Highly accelerated life testing (HALT) and highly accelerated stress screening (HASS) are environmental test methods used to compress time scales from months or years to hours or days. Although actually quite distinct, the two processes often are discussed together.
HASS must be preceded by a HALT process that identifies possible weaknesses in a product. An accelerated stress screen can be designed based on HALT findings.
During HALT, the unit under test (UUT) is subjected to increasing levels of stress while its performance is monitored. The objective is to continue until the unit fails. By analyzing the failure and understanding the mechanisms responsible for it, the design can be modified to make the product more robust.
After each repair, the UUT again is subjected to increasing stress until failure, which should occur at successively higher levels. The process is continued until all the weak spots have been eliminated.
HALT is not intended to encroach into the area of specification improvement. The specification is assumed to be correct for the intended application. Rather, HALT should ensure that a product’s performance exceeds the specification by as much as possible without making extensive, and probably expensive, design changes.
The result of this process is depicted in Figure 1. The specification remains the same before and after HALT. But for many types of products, both the operate and destruct limits have been extended considerably.
This may not always be possible. Products such as disk drives operate without much margin, and only limited improvements will be found through a HALT program. In this case, HASS will precipitate latent faults and improve the reliability of units entering the field.
For many other products, significant increases in the operating margin are obtained. This is important because the greater the margin, the less sensitive the product will be to small component variations or occasional high stress in the operating environment. For these products, a 100% HASS is unlikely to provide much benefit, and it may be more appropriate to sample production units.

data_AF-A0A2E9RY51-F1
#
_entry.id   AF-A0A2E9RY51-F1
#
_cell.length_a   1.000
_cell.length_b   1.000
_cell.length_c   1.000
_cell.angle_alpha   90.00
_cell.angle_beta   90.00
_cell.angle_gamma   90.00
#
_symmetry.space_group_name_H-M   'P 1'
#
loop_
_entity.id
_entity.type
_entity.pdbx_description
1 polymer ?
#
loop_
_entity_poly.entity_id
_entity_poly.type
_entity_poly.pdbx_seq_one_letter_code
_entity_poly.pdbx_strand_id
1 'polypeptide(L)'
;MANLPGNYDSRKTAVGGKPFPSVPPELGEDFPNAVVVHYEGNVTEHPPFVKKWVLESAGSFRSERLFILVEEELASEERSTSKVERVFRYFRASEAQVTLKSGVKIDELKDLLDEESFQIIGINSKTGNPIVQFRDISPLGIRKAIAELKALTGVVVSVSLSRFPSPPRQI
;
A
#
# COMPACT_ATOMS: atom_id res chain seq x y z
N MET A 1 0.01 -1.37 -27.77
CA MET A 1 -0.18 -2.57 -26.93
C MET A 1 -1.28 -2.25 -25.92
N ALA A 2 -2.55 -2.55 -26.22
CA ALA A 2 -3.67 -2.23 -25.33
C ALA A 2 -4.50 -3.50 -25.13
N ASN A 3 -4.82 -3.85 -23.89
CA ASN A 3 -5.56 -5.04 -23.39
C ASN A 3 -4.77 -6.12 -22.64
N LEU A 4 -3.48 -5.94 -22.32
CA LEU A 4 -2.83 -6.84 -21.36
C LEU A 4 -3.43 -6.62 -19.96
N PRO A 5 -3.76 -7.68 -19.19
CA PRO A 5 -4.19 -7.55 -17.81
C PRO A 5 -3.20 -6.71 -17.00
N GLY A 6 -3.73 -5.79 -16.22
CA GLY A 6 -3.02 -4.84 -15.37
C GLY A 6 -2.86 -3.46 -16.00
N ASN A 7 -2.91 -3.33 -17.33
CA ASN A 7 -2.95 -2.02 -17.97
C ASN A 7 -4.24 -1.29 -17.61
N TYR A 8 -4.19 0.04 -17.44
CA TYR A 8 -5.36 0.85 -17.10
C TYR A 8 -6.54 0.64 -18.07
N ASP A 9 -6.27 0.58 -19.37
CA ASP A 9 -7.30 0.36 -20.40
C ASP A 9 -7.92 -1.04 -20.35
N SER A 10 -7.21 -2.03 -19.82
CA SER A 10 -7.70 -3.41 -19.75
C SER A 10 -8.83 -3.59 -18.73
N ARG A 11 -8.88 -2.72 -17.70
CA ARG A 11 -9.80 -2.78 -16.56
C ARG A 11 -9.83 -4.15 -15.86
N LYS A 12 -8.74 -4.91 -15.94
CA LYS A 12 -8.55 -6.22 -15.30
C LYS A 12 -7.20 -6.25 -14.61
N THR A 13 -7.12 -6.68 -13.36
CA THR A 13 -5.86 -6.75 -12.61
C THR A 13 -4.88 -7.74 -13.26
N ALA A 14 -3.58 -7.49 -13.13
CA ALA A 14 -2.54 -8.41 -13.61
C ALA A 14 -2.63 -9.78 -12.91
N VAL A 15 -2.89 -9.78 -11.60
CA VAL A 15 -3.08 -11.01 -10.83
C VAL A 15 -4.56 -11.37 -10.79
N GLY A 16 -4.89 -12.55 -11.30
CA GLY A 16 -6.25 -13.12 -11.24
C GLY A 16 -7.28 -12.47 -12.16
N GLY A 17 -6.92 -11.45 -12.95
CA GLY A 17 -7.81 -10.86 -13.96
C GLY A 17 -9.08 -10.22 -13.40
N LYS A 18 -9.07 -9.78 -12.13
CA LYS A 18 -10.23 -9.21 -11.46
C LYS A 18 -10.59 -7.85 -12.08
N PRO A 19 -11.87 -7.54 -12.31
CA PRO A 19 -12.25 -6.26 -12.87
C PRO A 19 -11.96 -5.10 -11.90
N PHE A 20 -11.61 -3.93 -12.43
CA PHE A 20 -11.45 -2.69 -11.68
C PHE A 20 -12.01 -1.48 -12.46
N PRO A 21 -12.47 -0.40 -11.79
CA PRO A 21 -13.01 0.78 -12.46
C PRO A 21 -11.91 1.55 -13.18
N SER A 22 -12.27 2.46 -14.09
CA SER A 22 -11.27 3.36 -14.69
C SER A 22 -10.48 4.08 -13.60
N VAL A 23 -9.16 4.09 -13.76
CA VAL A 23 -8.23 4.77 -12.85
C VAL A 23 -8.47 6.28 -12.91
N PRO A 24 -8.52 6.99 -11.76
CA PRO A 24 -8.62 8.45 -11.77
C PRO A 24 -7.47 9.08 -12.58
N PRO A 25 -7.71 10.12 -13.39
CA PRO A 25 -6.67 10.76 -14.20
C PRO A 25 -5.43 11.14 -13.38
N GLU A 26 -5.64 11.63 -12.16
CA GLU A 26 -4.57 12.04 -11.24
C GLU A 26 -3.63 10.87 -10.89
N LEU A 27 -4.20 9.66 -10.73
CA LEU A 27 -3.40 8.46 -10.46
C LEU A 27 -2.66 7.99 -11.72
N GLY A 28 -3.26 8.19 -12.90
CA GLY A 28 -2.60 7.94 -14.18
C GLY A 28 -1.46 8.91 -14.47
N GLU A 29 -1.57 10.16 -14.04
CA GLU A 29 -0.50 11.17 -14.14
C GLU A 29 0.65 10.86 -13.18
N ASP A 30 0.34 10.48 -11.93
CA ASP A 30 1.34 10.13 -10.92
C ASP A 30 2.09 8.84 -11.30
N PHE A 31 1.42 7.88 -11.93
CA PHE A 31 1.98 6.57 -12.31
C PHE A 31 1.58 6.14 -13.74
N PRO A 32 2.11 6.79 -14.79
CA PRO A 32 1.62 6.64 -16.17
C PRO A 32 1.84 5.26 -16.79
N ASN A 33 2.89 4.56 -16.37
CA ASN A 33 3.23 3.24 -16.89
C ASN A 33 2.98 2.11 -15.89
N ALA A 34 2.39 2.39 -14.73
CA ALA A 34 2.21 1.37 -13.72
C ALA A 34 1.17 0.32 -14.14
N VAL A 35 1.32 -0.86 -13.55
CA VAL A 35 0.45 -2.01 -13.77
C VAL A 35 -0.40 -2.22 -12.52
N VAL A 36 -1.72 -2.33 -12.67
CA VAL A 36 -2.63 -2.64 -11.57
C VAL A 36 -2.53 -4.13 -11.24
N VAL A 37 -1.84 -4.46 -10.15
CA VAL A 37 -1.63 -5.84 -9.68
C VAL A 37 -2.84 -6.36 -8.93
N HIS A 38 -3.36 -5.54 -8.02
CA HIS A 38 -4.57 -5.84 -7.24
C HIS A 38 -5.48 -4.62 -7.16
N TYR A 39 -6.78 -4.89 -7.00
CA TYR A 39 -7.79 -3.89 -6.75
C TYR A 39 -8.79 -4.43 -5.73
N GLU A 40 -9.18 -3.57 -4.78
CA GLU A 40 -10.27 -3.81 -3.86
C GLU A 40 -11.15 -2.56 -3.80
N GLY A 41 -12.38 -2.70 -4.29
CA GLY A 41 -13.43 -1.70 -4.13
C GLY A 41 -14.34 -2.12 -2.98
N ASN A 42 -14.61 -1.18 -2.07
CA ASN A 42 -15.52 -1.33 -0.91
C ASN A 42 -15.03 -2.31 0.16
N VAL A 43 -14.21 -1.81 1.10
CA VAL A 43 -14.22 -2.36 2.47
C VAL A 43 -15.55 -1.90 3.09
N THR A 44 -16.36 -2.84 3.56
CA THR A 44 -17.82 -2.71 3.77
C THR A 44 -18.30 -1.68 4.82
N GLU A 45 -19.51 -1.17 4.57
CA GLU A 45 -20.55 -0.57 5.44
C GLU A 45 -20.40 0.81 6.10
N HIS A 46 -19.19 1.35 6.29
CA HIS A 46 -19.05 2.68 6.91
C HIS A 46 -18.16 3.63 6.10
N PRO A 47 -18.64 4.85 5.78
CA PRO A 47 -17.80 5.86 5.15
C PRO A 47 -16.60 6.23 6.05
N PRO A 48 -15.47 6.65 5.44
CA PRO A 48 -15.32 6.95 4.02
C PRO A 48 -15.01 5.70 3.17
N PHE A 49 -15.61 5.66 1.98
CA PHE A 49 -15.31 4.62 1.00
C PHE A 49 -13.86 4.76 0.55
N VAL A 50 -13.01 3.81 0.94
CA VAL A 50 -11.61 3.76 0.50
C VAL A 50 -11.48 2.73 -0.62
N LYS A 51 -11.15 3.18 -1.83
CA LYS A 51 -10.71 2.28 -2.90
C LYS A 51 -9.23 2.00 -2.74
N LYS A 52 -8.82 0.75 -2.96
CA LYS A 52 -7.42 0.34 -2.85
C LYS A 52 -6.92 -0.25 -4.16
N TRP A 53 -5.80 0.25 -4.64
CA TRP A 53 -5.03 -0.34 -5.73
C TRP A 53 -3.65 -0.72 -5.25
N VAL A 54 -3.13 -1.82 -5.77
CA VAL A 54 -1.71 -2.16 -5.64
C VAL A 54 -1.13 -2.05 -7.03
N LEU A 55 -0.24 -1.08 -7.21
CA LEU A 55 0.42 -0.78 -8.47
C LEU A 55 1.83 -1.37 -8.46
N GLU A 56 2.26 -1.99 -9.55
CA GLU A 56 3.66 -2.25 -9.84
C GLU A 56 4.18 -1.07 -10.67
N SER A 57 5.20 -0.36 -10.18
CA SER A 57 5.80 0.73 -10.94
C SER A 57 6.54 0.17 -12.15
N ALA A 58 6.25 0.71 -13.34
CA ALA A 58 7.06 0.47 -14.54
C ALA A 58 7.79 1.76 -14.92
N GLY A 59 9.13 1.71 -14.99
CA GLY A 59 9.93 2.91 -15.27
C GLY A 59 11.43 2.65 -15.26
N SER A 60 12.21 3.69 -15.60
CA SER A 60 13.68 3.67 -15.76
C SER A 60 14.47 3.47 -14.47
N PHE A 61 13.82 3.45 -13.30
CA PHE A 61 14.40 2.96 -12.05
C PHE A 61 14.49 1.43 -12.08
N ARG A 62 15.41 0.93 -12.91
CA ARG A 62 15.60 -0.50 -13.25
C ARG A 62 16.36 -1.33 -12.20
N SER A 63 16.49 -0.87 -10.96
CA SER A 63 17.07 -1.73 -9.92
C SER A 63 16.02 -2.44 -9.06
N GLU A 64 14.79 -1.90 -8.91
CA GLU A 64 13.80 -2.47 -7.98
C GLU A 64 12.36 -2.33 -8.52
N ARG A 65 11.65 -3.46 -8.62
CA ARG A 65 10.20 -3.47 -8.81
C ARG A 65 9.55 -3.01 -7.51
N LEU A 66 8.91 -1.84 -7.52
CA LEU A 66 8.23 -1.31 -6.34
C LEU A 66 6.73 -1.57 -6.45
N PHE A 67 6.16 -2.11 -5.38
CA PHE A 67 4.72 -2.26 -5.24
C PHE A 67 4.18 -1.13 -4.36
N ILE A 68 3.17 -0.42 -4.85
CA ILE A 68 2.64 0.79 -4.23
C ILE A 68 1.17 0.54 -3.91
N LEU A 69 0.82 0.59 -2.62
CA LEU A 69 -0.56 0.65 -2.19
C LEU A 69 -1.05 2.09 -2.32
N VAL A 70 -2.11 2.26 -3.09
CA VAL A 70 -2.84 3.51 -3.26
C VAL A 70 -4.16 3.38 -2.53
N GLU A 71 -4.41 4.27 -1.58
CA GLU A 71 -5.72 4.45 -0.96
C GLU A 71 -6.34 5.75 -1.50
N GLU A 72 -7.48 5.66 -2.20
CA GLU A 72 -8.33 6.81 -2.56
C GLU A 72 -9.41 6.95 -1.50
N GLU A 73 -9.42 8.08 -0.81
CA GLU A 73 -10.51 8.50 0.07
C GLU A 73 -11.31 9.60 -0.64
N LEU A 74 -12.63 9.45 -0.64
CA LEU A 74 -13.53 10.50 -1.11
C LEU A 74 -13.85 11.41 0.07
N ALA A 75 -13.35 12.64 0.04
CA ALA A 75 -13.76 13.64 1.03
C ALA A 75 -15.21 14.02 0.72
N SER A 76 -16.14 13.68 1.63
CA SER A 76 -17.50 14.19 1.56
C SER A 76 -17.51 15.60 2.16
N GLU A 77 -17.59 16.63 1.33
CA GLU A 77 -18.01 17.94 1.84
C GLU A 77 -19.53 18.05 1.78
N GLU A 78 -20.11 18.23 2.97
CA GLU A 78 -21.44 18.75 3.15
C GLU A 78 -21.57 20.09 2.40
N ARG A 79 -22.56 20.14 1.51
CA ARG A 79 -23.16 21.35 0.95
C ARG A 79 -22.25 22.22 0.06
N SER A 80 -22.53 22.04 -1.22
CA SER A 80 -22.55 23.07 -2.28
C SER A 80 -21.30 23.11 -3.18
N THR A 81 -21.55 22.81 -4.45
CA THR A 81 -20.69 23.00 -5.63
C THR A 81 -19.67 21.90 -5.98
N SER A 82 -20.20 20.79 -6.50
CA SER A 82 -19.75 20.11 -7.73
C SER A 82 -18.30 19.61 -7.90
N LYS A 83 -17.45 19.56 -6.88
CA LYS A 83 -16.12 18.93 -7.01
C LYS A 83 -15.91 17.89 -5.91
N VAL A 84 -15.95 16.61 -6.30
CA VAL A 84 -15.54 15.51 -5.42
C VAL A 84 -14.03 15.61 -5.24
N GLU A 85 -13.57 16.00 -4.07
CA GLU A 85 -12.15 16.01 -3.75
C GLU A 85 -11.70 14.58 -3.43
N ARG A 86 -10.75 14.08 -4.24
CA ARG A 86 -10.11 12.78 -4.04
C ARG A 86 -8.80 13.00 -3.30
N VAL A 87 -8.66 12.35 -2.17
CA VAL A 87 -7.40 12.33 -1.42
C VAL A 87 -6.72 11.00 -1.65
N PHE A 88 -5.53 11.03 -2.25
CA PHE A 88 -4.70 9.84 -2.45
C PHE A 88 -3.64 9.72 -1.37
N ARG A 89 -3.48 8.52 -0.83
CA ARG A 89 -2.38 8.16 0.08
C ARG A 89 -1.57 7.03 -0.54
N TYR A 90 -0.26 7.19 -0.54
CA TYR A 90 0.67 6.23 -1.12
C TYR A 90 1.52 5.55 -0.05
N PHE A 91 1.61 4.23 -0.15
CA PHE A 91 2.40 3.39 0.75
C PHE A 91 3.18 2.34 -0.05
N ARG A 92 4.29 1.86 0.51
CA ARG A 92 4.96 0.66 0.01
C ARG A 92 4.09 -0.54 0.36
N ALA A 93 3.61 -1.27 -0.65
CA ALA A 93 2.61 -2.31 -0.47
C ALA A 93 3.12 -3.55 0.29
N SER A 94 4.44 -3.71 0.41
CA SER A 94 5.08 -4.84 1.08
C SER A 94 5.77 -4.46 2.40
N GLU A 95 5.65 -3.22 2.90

The word robust describes a product’s capability to endure stress beyond the initial specification level. Webster’s New World College Dictionary defines robust using terms such as strong, hardy, sturdy, stamina, and full of vigor. As the title for Figure 1 states, HALT testing is performed to improve robustness.
Going Beyond the Prototype
Clever engineers can get a single model of almost anything to work. The challenge is to replicate the prototype’s operation in thousands of production units. This is where HASS comes in. Using information learned from the HALT exercise, accelerated tests can be designed to target the previously exposed failure mechanisms and design weaknesses. If latent faults exist, the tests will precipitate them. At the same time, HASS is a production test and should not actually weaken units destined for shipment.
The safety of a HASS program can be evaluated by running the same unit through the screen 20 times. The screening process should not have removed excessive life from the product. The effectiveness of the screen is tested by repeatedly running products through it to see if further faults are precipitated on successive passes.
HASS is very different from a traditional burn-in procedure, which typically did not involve vibration. Running completed products in an elevated temperature environment may expose calibration drift, but a constant high temperature generally doesn’t correspond to the failure mechanisms seen in the field.
“In the pilot stage of production, you want to make sure that your manufacturing processes haven’t taken away from the hard-won ruggedization that you achieved in development,” commented Larry Edson, a senior engineer for advanced reliability methods at the General Motors North American Car Division. “You screen the early production units with HASS, using a combination of rapid thermal change and broad spectrum vibration so that every failure mechanism has a chance to go into resonance and fail.”
Performing a 100% screen on early production units provides feedback on both the manufacturing process and the components you have bought from various suppliers. But, as high-volume production ramps up, you cannot afford to do a 100% screen, nor can you assimilate all the information that would result from one.